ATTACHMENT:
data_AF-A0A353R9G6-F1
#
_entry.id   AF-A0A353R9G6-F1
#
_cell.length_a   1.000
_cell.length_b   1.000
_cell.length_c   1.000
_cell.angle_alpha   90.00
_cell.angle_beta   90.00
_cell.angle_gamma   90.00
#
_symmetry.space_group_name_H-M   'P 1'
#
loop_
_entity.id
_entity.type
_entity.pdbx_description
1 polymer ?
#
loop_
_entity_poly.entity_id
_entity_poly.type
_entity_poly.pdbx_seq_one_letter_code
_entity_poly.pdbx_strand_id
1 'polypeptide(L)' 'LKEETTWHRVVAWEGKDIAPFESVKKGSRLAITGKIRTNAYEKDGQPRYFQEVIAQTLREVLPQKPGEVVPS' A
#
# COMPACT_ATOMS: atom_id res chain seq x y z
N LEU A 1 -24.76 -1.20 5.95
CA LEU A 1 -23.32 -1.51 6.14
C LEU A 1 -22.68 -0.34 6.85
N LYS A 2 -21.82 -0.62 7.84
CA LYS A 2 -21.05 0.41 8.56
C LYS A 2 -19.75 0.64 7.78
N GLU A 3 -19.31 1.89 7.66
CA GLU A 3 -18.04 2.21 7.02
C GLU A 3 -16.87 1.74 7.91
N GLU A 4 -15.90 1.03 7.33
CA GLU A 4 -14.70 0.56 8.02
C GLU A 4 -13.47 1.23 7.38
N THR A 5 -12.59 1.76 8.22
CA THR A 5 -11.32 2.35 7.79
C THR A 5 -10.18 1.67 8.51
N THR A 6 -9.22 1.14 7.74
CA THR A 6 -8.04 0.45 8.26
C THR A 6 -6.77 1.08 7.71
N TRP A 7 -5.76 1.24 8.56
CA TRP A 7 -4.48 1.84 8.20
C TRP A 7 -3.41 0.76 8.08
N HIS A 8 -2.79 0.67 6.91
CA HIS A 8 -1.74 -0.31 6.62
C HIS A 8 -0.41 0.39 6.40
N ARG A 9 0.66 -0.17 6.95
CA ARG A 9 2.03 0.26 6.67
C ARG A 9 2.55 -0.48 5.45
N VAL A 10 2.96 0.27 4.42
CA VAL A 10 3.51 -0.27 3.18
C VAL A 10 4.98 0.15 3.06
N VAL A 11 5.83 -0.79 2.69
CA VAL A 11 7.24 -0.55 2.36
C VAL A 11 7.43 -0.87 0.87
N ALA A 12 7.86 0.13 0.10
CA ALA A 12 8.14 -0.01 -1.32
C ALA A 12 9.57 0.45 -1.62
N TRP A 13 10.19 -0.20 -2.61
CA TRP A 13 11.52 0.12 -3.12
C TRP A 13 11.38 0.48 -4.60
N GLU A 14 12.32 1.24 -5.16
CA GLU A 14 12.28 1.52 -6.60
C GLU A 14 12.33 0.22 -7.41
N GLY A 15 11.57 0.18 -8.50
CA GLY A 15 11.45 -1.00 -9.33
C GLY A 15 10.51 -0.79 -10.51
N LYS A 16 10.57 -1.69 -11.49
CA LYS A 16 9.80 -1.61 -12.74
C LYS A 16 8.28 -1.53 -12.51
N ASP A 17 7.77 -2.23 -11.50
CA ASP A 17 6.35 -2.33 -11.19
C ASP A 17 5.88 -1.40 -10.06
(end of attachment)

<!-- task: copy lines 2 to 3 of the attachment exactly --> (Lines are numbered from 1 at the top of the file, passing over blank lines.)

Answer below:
#
_entry.id   AF-A0A353R9G6-F1